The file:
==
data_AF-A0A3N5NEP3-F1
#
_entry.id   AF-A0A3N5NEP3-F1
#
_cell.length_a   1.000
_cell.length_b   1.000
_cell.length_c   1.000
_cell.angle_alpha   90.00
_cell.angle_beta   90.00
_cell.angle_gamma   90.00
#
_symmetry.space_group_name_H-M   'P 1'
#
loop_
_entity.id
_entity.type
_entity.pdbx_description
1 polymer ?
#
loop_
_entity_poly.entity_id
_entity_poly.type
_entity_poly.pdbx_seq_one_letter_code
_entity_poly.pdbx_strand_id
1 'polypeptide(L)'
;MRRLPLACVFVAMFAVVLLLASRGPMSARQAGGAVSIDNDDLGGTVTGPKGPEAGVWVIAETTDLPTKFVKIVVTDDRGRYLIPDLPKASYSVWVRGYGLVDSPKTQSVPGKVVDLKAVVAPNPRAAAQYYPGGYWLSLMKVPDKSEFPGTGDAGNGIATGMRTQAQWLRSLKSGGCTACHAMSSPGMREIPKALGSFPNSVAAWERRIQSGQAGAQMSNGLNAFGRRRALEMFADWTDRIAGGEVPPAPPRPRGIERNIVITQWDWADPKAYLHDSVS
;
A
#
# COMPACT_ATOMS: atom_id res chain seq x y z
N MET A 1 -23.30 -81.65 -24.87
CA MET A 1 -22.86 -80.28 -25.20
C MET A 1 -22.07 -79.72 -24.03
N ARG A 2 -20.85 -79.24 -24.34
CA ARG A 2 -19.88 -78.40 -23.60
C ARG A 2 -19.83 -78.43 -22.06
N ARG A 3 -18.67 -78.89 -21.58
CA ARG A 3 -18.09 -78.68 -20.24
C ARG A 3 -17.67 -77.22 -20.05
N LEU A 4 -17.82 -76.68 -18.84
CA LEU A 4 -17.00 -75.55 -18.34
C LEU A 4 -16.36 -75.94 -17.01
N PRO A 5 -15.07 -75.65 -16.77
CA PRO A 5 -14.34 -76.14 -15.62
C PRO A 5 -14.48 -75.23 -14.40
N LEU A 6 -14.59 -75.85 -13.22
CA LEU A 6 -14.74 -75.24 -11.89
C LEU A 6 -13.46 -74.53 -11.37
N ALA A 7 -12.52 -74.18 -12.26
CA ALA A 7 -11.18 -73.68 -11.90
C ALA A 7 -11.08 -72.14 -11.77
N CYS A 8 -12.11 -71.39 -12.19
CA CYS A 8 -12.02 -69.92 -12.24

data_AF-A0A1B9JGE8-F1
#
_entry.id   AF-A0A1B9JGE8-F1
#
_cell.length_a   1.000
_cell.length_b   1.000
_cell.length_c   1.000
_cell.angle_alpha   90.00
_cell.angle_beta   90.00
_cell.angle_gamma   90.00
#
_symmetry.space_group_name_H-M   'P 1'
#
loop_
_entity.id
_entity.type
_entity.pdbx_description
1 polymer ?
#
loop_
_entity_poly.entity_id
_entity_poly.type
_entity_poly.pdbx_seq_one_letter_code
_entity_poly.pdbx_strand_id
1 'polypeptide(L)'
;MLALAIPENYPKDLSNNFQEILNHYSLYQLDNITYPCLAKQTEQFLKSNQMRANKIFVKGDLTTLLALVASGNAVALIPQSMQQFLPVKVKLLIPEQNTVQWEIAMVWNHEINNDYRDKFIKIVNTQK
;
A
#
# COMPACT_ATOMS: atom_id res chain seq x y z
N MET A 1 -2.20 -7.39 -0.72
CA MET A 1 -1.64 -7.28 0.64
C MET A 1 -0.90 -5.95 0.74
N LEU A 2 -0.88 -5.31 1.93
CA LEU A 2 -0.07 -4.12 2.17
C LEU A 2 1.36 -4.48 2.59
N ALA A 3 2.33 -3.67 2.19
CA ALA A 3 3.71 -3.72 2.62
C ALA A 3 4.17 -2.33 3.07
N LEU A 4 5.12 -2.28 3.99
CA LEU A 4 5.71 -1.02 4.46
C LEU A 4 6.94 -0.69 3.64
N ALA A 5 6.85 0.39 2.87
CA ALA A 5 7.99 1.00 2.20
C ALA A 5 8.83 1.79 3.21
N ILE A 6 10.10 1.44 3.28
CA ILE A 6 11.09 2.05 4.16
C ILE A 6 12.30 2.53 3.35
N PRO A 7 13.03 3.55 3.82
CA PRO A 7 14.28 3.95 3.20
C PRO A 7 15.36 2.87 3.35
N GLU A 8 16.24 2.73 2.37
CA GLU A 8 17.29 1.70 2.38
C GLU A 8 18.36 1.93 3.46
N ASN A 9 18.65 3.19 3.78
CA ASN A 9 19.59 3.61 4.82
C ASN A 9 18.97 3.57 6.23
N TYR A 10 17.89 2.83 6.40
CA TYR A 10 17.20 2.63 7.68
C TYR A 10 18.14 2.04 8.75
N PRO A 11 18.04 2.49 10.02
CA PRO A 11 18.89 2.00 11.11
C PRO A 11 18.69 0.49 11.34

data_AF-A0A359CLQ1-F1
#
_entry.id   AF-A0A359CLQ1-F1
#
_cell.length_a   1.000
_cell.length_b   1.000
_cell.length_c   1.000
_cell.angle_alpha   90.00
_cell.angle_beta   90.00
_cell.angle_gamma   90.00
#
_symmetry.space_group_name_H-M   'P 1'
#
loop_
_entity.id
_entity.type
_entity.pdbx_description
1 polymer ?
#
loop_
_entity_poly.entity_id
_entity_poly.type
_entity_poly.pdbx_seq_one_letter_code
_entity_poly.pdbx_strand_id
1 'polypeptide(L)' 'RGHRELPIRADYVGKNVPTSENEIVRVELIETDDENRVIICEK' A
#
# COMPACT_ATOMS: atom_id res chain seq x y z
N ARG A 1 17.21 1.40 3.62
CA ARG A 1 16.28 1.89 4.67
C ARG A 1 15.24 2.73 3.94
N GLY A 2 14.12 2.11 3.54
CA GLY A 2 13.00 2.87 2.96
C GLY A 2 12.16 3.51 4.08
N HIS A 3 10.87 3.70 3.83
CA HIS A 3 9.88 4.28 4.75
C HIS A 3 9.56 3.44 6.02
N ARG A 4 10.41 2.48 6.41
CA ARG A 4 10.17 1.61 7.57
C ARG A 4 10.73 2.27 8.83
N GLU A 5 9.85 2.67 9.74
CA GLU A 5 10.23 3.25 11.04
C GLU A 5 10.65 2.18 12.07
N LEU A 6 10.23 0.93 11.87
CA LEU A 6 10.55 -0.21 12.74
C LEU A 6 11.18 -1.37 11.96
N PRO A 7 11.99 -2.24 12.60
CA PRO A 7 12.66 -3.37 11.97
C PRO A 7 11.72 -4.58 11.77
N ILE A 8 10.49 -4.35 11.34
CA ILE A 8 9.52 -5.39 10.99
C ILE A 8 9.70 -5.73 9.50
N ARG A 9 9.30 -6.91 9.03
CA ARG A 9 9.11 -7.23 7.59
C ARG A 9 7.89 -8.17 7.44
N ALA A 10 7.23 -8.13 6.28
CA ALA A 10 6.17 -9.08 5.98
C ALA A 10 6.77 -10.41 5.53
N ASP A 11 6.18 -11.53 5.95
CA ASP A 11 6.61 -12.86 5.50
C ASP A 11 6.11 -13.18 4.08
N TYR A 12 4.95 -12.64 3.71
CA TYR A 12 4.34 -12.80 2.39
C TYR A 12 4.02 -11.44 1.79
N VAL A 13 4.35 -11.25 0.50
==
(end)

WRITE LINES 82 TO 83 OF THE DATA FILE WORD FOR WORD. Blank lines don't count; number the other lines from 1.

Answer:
#
# COMPACT_ATOMS: atom_id res chain seq x y z